When government officials tell her, “it’s only been a year,” she said her response is often, “Yes, but it has been a year.”
She says she wants the government to recognize that the majority of aboriginal people in Ontario now live in urban areas and, as such, create an urban aboriginal strategy or government-wide policy approach. She’d also like aboriginal history to become more of a focus in classrooms and teacher training programs in hopes that non-aboriginals could better understand this distinct history.
“Because I’ve been doing this for so long,” Maracle said, noting she’s been leading her organization for 35 years. “I’m really ready for some change in aboriginal and non-aboriginal relations.”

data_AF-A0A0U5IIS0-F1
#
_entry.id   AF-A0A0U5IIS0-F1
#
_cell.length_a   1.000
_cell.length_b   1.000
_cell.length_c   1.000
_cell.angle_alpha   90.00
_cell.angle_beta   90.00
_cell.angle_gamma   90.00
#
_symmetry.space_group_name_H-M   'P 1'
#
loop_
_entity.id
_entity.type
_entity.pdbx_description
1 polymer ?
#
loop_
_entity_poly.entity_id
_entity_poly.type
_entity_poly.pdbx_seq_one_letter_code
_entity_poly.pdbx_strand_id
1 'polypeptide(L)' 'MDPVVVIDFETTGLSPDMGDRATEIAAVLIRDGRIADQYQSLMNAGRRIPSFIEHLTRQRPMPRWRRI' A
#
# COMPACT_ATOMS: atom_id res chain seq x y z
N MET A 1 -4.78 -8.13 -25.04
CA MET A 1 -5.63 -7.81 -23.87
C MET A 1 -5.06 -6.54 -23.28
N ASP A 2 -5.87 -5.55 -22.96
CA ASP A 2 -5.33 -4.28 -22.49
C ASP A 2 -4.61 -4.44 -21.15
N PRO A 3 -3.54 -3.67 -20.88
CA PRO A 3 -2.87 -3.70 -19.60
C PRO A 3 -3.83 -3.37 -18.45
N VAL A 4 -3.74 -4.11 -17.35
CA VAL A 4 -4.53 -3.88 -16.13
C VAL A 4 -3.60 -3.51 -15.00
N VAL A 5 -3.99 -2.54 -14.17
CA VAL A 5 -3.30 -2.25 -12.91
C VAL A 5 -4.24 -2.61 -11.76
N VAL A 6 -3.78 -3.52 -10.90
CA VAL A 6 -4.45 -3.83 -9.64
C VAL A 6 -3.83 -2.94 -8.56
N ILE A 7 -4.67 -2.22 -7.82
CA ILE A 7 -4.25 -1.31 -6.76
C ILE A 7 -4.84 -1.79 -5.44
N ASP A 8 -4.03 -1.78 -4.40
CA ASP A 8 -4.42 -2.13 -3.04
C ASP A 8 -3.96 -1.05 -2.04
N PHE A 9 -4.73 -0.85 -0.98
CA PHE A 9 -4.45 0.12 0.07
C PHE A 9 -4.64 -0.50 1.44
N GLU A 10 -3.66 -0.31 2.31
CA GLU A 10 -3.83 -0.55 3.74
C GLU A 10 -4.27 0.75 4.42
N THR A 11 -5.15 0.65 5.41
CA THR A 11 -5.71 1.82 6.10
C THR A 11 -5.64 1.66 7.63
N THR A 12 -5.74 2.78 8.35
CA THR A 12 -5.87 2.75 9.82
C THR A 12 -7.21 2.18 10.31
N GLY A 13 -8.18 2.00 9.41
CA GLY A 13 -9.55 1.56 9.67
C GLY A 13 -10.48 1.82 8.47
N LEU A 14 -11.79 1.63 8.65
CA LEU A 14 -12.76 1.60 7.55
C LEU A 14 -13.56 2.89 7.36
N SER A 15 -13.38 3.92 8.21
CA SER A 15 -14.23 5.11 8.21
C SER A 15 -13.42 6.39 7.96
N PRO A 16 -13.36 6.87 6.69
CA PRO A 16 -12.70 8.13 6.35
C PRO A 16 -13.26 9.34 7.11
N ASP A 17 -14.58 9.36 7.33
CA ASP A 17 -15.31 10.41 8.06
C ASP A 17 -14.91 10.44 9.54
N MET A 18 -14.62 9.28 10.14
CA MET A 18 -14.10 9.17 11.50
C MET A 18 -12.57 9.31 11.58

Like Wynne, Duguid is a former aboriginal affairs minister. He held the post from 2008 to 2010 — the post-Ipperwash days, as he calls them.
Regardless of her portfolio at the time, Wynne was always an ally, said Duguid, who currently serves as the minister of training, colleges and universities.
“She just has an innate understanding of the history and the importance of accepting responsibility as a government to continue to make progress.”
Wynne has suggested the media may not fully understand why she acknowledges traditional territory. It’s natural to consider whether it might have something to do with her stint as aboriginal affairs minister or the fact her three grandchildren are First Nations.
“Collaborative, respectful relationships are the infrastructure that underlies the formation of good public policy,” say speaking notes prepared for an address Wynne gave last summer at a conference on building new relations with indigenous people in Canada. “Without good relationships in place, you cannot achieve results.”